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Economy in Brief

U.S. Leading Economic Indicators Strengthen
by Tom Moeller  October 18, 2018

The Conference Board's Composite Index of Leading Economic Indicators increased 0.5% (7.0% y/y) during September following an unrevised 0.4% August gain. A 0.5% rise had been expected in the Action Economics Forecast Survey. The index is comprised of 10 components which tend to precede changes in the overall economy.

Movement amongst the components of the index remained mixed last month. Improvement was paced by a rise in consumer expectations for business/economic conditions, a higher ISM new orders index, the leading credit index and a steeper interest rate spread between 10-Year Treasuries & Fed funds. Initial claims for unemployment insurance, stock prices, orders for nondefense capital goods excluding aircraft, as well as orders for consumer goods & materials also improved. The length of the average workweek for production workers and building permits had negative effects.

Three-month growth in the leading index held steady at 6.7% (AR), but remained below its 10.3% December 2017 peak.

The Index of Coincident Economic Indicators increased a lessened 0.1% (2.4% y/y) in September. Each of the index components contributed positively, but minimally, to the index including changes in personal income less transfer payments, industrial production, nonagricultural payroll employment and manufacturing & trade sales.

Three-month growth in the coincident index of 1.9% (AR) remained improved from 1.6% growth early in the year, but below its 3.6% peak as of December.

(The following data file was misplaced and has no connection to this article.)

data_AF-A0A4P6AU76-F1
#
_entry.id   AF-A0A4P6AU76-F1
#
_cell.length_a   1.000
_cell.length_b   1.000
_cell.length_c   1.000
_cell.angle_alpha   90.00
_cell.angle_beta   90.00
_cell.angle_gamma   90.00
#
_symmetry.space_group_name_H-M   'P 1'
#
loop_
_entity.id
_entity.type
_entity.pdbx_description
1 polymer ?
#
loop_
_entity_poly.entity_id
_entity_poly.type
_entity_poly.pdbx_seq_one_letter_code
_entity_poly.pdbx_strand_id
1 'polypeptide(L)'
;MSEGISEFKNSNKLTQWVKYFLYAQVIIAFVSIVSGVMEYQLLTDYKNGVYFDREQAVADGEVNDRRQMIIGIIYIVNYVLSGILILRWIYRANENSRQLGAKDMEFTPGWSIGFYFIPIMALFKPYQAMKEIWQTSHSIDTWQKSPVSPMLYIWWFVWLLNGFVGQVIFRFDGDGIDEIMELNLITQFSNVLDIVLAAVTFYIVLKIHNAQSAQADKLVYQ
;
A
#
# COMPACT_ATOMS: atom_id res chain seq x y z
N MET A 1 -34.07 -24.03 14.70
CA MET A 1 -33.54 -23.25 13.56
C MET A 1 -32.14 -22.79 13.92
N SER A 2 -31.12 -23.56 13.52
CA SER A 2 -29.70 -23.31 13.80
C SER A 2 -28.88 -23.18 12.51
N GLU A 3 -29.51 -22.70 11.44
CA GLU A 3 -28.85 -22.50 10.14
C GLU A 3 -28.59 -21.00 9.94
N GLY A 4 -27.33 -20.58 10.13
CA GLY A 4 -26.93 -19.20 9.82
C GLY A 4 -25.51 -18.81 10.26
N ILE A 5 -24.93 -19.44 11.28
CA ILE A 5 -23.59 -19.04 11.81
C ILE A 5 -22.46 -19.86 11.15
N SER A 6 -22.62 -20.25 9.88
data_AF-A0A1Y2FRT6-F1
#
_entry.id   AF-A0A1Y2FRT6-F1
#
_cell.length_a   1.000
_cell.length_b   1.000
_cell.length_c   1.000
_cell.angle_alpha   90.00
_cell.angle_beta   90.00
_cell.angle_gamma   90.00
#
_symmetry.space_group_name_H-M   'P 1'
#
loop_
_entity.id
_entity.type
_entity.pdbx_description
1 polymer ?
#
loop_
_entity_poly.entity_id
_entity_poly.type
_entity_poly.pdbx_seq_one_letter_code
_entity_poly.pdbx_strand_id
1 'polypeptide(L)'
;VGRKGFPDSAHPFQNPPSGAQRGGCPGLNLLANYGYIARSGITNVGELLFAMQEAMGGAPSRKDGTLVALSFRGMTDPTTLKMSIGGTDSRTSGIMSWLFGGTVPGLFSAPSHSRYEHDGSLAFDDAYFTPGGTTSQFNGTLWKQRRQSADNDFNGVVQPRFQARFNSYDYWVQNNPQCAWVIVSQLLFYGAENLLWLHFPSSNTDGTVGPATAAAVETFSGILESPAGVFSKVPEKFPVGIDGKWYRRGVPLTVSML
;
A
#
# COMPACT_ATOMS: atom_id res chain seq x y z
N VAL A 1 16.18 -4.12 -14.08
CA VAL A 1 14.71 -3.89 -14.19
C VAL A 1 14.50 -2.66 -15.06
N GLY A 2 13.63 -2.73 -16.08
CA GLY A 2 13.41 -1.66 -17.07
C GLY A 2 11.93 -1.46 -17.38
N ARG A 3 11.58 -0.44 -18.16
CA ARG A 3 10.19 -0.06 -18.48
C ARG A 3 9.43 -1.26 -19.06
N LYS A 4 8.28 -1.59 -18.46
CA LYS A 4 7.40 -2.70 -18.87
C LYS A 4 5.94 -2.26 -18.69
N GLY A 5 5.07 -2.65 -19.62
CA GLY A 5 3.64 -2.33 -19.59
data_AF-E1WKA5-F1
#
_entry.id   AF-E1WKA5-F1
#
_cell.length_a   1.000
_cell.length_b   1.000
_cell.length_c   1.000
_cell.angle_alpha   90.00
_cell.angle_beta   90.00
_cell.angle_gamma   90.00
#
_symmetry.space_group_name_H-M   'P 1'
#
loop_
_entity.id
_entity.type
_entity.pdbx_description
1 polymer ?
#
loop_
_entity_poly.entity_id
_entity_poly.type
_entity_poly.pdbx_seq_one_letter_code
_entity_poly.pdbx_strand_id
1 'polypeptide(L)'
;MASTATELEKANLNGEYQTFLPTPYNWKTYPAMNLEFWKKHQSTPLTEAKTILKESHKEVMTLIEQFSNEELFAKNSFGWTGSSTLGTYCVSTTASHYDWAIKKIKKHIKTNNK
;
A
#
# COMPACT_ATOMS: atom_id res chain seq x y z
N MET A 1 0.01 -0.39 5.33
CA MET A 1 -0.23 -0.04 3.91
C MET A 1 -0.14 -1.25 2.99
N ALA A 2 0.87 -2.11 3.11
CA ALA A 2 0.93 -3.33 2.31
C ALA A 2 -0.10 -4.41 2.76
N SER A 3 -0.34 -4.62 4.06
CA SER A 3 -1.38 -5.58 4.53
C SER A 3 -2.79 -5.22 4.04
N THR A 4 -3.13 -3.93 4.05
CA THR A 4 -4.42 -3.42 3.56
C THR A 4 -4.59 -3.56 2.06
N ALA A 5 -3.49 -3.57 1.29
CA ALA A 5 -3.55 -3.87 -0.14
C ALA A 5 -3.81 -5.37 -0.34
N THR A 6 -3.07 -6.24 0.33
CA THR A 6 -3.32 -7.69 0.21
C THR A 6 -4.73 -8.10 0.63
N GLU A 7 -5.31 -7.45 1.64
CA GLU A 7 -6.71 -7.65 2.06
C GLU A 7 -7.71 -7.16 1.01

The Index of Lagging Economic Indicators eased 0.1% last month (+2.4% y/y) following an unrevised 0.2% August gain. The average prime rate charged by banks and the ratio consumer installment credit-to-income contributed positively to the index change. The average duration of unemployment, the change in unit labor costs, the change in commercial & industrial loan outstanding and the change in the services CPI contributed negatively to the index change. The ratio of business inventories-to-sales had no effect on the index change.

The three-month change in the lagging index fell to -0.4%, down from a high of 5.1% growth in February.

The ratio of coincident-to-lagging indicators is often considered to be another leading indicator of economic activity. As economic slack diminishes relative to current performance, the ratio will rise. It improved slightly to 99.1 last month.

The Conference Board figures are available in Haver's BCI database; the components are available there, and most are also in USECON. The expectations are in the AS1REPNA database. Visit the Conference Board's site for coverage of leading indicator series from around the world.

Modernizing Monetary Policy Rules from St. Louis Fed President & CEO James Bullard is available here.

Business Cycle Indicators (%) Sep Aug Jul Sep Y/Y 2017 2016 2015
Leading 0.5 0.4 0.7 7.0 4.1 1.2 4.2
Coincident 0.1 0.3 0.1 2.4 1.8 1.3 2.2
Lagging -0.1 0.2 -0.2 2.4 2.6 2.9 3.7
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